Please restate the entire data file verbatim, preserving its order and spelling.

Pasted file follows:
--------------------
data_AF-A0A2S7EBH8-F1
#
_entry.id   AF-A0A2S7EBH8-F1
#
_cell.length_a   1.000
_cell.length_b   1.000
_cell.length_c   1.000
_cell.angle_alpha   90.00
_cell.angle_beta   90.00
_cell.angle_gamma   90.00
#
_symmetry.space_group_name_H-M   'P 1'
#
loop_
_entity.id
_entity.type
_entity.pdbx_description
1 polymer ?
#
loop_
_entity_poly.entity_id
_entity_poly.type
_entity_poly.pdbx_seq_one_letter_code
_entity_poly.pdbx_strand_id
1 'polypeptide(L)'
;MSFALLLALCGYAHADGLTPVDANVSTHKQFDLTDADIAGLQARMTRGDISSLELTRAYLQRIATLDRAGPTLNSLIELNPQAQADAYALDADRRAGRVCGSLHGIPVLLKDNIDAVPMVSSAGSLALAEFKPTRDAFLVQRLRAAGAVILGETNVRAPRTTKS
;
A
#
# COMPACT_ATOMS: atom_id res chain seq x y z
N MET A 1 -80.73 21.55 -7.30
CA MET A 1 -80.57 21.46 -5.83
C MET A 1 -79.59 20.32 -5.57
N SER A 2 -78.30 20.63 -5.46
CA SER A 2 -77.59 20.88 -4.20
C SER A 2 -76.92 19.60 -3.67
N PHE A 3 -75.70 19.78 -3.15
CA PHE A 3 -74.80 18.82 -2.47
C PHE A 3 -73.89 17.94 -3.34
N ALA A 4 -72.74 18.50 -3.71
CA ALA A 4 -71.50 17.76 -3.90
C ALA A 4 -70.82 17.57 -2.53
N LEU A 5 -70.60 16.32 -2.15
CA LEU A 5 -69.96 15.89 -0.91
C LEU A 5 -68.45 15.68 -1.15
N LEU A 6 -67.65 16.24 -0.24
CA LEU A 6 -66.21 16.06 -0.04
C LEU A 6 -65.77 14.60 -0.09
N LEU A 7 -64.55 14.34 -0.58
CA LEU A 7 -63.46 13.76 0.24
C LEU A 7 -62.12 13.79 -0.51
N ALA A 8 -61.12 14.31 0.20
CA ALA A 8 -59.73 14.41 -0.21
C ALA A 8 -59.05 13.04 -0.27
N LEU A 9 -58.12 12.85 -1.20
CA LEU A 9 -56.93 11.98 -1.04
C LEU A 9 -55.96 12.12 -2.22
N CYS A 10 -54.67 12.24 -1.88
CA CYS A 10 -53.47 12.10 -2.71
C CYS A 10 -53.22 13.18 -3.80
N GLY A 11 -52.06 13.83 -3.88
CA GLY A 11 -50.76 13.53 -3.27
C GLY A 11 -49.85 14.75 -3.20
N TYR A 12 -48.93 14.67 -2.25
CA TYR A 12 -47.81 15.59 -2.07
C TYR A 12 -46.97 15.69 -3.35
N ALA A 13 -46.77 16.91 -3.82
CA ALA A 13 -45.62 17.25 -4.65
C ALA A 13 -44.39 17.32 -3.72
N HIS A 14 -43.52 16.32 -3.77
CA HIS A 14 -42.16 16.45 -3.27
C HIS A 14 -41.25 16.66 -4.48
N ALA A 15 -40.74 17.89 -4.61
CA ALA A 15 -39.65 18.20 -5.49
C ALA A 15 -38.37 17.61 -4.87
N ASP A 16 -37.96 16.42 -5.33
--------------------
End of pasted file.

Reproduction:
data_AF-A0A2S7EBH8-F1
#
_entry.id   AF-A0A2S7EBH8-F1
#
_cell.length_a   1.000
_cell.length_b   1.000
_cell.length_c   1.000
_cell.angle_alpha   90.00
_cell.angle_beta   90.00
_cell.angle_gamma   90.00
#
_symmetry.space_group_name_H-M   'P 1'
#
loop_
_entity.id
_entity.type
_entity.pdbx_description
1 polymer ?
#
loop_
_entity_poly.entity_id
_entity_poly.type
_entity_poly.pdbx_seq_one_letter_code
_entity_poly.pdbx_strand_id
1 'polypeptide(L)'
;MSFALLLALCGYAHADGLTPVDANVSTHKQFDLTDADIAGLQARMTRGDISSLELTRAYLQRIATLDRAGPTLNSLIELNPQAQADAYALDADRRAGRVCGSLHGIPVLLKDNIDAVPMVSSAGSLALAEFKPTRDAFLVQRLRAAGAVILGETNVRAPRTTKS
;
A
#
# COMPACT_ATOMS: atom_id res chain seq x y z
N MET A 1 -80.73 21.55 -7.30
CA MET A 1 -80.57 21.46 -5.83
C MET A 1 -79.59 20.32 -5.57
N SER A 2 -78.30 20.63 -5.46
CA SER A 2 -77.59 20.88 -4.20
C SER A 2 -76.92 19.60 -3.67
N PHE A 3 -75.70 19.78 -3.15
CA PHE A 3 -74.80 18.82 -2.47
C PHE A 3 -73.89 17.94 -3.34
N ALA A 4 -72.74 18.50 -3.71
CA ALA A 4 -71.50 17.76 -3.90
C ALA A 4 -70.82 17.57 -2.53
N LEU A 5 -70.60 16.32 -2.15
CA LEU A 5 -69.96 15.89 -0.91
C LEU A 5 -68.45 15.68 -1.15
N LEU A 6 -67.65 16.24 -0.24
CA LEU A 6 -66.21 16.06 -0.04
C LEU A 6 -65.77 14.60 -0.09
N LEU A 7 -64.55 14.34 -0.58
CA LEU A 7 -63.46 13.76 0.24
C LEU A 7 -62.12 13.79 -0.51
N ALA A 8 -61.12 14.31 0.20
CA ALA A 8 -59.73 14.41 -0.21
C ALA A 8 -59.05 13.04 -0.27
N LEU A 9 -58.12 12.85 -1.20
CA LEU A 9 -56.93 11.98 -1.04
C LEU A 9 -55.96 12.12 -2.22
N CYS A 10 -54.67 12.24 -1.88
CA CYS A 10 -53.47 12.10 -2.71
C CYS A 10 -53.22 13.18 -3.80
N GLY A 11 -52.06 13.83 -3.88
CA GLY A 11 -50.76 13.53 -3.27
C GLY A 11 -49.85 14.75 -3.20
N TYR A 12 -48.93 14.67 -2.25
CA TYR A 12 -47.81 15.59 -2.07
C TYR A 12 -46.97 15.69 -3.35
N ALA A 13 -46.77 16.91 -3.82
CA ALA A 13 -45.62 17.25 -4.65
C ALA A 13 -44.39 17.32 -3.72
N HIS A 14 -43.52 16.32 -3.77
CA HIS A 14 -42.16 16.45 -3.27
C HIS A 14 -41.25 16.66 -4.48
N ALA A 15 -40.74 17.89 -4.61
CA ALA A 15 -39.65 18.20 -5.49
C ALA A 15 -38.37 17.61 -4.87
N ASP A 16 -37.96 16.42 -5.33